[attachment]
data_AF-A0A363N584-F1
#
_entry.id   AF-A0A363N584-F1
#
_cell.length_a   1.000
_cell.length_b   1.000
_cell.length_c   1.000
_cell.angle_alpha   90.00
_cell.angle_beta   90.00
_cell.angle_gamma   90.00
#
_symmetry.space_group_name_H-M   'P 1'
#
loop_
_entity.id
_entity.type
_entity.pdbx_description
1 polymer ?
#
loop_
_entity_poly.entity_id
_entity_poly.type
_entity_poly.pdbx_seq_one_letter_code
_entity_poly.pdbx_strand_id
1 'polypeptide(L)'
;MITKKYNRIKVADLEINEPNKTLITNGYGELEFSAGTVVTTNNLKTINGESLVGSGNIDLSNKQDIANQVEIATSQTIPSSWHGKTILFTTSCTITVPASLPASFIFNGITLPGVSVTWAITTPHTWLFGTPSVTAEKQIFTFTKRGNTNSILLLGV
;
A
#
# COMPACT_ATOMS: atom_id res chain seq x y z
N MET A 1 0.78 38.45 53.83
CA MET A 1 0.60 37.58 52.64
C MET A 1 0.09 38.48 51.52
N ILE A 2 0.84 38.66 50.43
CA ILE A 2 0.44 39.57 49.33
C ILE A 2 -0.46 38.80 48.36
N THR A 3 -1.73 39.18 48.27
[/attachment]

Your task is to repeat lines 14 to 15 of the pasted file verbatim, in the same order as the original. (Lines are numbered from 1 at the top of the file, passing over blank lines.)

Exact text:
loop_
_entity.id